The USDA Graduate School was founded in 1921 to provide statistical and economic training to the employees of the Department of Agriculture. The school did not grant degrees, but its graduate courses were accepted for credit by a significant number of universities.
In subsequent years, the activities of the school grew rapidly to provide training in many different subject areas for employees from almost all federal departments. The training in statistics provided by the school was often highly advanced (instructors included Howard Tolley and, later, Edwards Deming), while the economics taught displayed an eclectic mix of standard and institutional economics. Mordecai Ezekiel taught both economics and statistics at the school, and had himself received his statistical training there. Statistics instruction in 1936 and 1937 included seminar series from R.A. Fisher and J. Neyman, and courses on the probability approach to sampling involving Lester Frankel and William Hurwitz became important after 1939. The instruction in economics was noticeably institutionalist in the period of the New Deal. Towards the end of the period considered here, the instruction in economics became narrower and more focused on agricultural economics.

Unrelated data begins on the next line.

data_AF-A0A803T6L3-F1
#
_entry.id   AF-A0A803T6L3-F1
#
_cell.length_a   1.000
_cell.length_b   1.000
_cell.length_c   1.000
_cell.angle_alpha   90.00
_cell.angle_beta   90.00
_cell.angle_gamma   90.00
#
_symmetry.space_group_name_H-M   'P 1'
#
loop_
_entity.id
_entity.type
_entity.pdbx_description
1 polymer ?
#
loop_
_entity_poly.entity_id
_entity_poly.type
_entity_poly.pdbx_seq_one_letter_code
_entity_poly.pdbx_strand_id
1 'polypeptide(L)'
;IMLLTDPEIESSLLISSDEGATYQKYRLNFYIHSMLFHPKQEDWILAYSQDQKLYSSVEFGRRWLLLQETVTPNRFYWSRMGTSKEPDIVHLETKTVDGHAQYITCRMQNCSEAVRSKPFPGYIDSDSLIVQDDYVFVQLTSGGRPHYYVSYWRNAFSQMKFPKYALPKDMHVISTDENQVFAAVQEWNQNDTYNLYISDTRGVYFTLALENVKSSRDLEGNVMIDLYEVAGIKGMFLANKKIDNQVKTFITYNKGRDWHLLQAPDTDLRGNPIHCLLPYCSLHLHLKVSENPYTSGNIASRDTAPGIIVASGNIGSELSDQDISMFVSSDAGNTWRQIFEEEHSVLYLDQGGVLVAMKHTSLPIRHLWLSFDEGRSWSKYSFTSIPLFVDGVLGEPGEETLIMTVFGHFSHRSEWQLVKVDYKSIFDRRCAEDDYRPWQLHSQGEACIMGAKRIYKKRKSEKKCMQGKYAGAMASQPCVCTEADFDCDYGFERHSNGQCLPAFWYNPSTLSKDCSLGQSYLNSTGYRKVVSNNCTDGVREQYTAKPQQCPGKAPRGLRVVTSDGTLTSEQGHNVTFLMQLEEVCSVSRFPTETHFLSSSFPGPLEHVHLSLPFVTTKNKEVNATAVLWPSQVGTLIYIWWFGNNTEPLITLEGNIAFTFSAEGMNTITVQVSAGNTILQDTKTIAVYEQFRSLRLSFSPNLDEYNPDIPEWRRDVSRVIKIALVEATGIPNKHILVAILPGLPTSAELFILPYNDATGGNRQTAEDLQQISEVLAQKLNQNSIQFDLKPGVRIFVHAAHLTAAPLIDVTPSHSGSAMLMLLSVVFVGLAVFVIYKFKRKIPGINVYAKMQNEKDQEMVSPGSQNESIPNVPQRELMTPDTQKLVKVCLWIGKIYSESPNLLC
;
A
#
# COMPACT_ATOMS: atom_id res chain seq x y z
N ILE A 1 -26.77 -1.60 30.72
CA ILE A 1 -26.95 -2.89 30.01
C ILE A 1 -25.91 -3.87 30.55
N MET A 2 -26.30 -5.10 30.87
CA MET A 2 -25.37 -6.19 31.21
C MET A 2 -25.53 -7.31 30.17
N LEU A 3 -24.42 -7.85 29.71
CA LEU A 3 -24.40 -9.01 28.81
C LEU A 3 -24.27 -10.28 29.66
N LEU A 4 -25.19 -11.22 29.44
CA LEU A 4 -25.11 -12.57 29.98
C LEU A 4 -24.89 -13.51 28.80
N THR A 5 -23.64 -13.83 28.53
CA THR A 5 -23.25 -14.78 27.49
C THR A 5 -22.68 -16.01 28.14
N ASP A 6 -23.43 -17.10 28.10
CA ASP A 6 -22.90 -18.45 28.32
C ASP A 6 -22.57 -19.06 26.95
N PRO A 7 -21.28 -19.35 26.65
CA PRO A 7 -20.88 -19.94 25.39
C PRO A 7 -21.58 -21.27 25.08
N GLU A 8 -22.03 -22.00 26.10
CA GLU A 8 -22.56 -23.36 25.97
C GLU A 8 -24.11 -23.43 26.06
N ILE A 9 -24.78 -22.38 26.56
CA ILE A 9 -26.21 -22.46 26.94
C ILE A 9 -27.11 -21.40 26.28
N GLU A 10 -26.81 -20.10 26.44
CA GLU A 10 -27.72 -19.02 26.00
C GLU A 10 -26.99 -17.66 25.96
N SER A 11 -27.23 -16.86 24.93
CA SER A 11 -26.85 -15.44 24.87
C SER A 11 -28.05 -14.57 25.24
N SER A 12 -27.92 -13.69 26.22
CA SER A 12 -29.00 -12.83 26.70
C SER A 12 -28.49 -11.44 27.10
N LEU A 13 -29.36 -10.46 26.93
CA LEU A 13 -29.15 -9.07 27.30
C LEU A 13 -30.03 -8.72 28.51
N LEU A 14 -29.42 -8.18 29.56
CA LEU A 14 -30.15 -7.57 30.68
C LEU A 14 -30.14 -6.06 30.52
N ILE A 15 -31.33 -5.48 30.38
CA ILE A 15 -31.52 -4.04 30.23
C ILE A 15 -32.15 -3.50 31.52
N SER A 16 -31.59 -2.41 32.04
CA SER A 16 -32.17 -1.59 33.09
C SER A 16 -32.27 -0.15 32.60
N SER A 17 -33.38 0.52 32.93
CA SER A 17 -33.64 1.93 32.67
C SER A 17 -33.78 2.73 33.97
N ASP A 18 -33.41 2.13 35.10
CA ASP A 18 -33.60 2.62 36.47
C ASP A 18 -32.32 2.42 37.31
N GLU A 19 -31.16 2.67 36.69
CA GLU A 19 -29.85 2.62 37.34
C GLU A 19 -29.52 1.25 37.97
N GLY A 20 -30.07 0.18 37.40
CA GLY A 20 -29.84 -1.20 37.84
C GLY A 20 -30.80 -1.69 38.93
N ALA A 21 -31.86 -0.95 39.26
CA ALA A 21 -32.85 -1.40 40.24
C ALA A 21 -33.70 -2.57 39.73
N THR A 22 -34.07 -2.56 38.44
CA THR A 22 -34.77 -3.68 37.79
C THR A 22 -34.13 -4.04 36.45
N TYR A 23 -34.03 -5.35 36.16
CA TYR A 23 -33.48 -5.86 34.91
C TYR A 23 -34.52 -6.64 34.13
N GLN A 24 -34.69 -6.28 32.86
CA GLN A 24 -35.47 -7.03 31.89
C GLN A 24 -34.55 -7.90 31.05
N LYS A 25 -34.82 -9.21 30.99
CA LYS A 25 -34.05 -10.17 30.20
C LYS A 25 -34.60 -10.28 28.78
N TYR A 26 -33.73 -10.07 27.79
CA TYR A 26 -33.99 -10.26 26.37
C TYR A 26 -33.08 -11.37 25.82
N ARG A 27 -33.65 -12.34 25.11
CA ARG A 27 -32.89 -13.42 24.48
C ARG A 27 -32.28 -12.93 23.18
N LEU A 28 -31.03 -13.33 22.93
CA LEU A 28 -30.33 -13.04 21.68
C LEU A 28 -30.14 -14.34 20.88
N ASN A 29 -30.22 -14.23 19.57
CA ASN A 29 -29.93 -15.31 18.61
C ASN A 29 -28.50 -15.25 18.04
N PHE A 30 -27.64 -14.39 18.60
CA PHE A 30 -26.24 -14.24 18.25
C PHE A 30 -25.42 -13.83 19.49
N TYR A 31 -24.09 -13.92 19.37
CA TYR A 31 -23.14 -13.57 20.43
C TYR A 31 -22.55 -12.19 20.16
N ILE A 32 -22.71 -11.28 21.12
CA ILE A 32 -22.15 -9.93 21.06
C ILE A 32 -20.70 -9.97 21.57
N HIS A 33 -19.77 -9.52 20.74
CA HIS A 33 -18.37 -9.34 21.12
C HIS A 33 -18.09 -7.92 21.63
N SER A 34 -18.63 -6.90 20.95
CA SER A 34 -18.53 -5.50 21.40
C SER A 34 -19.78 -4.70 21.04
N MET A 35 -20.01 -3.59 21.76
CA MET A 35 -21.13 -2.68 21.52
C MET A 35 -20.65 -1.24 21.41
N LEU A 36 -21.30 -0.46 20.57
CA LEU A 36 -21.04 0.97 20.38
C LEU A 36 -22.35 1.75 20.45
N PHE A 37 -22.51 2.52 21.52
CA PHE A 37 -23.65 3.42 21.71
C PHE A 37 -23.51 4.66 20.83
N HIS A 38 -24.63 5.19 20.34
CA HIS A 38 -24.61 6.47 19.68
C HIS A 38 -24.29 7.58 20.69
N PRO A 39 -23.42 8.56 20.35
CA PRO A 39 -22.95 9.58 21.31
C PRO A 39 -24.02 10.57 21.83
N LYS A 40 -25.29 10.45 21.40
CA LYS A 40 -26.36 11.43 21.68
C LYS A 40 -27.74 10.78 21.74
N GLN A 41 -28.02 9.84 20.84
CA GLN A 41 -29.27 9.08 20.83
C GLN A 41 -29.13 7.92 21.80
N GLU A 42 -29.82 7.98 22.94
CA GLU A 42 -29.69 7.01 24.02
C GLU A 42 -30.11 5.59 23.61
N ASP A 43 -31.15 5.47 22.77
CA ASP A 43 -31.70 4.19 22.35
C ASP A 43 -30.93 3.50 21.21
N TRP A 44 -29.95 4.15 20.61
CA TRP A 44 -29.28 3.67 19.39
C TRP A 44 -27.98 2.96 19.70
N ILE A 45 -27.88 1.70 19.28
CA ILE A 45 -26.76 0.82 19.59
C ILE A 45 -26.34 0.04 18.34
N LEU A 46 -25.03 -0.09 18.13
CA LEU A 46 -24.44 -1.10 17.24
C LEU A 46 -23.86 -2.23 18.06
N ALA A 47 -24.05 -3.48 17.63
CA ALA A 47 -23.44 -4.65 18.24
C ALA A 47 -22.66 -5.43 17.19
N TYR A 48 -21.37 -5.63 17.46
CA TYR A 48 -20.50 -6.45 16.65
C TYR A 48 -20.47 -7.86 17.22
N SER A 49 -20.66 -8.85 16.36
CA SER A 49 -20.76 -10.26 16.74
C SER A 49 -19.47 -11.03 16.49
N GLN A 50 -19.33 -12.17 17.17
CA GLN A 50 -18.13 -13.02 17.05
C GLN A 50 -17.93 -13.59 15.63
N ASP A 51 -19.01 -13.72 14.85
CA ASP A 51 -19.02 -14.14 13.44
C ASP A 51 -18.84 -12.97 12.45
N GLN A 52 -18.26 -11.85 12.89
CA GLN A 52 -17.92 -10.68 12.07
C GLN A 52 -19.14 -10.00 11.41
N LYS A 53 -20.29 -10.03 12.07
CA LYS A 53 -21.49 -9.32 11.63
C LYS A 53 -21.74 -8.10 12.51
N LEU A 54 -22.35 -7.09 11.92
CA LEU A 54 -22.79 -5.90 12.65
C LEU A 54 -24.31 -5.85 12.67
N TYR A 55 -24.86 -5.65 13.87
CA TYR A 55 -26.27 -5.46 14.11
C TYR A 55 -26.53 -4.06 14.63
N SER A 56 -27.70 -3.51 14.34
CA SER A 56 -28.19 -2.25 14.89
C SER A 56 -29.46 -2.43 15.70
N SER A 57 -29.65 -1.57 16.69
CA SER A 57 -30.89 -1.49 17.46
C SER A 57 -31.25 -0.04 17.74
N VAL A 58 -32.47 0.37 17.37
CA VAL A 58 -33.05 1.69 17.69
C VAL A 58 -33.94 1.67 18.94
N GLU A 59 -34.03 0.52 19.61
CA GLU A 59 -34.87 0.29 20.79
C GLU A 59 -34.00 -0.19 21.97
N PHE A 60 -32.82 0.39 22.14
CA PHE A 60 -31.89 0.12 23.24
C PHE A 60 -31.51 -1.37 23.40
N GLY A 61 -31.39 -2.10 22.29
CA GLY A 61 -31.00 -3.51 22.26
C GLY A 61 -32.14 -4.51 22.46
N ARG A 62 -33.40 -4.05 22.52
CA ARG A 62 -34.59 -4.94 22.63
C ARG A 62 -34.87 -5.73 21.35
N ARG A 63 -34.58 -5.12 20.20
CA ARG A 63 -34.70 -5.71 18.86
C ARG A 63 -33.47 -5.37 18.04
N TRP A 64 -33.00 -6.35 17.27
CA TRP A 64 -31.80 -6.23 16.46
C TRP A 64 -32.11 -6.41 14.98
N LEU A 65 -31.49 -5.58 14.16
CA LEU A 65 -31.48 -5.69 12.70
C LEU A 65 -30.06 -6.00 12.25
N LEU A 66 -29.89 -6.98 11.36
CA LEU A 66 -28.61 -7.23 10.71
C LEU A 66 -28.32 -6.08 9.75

The activities of the school provide a basis for understanding some of the sources of the relative statistical sophistication of agricultural economists and of the statistical work done in government in the interwar period. It is noteworthy than within the USDA Graduate School, and in contrast to the Cowles Commission, statistical sophistication coexisted with an approach to economics that was not predominantly neoclassical. It also provides a light on the place of institutional economics in the training of government economists through the same time span.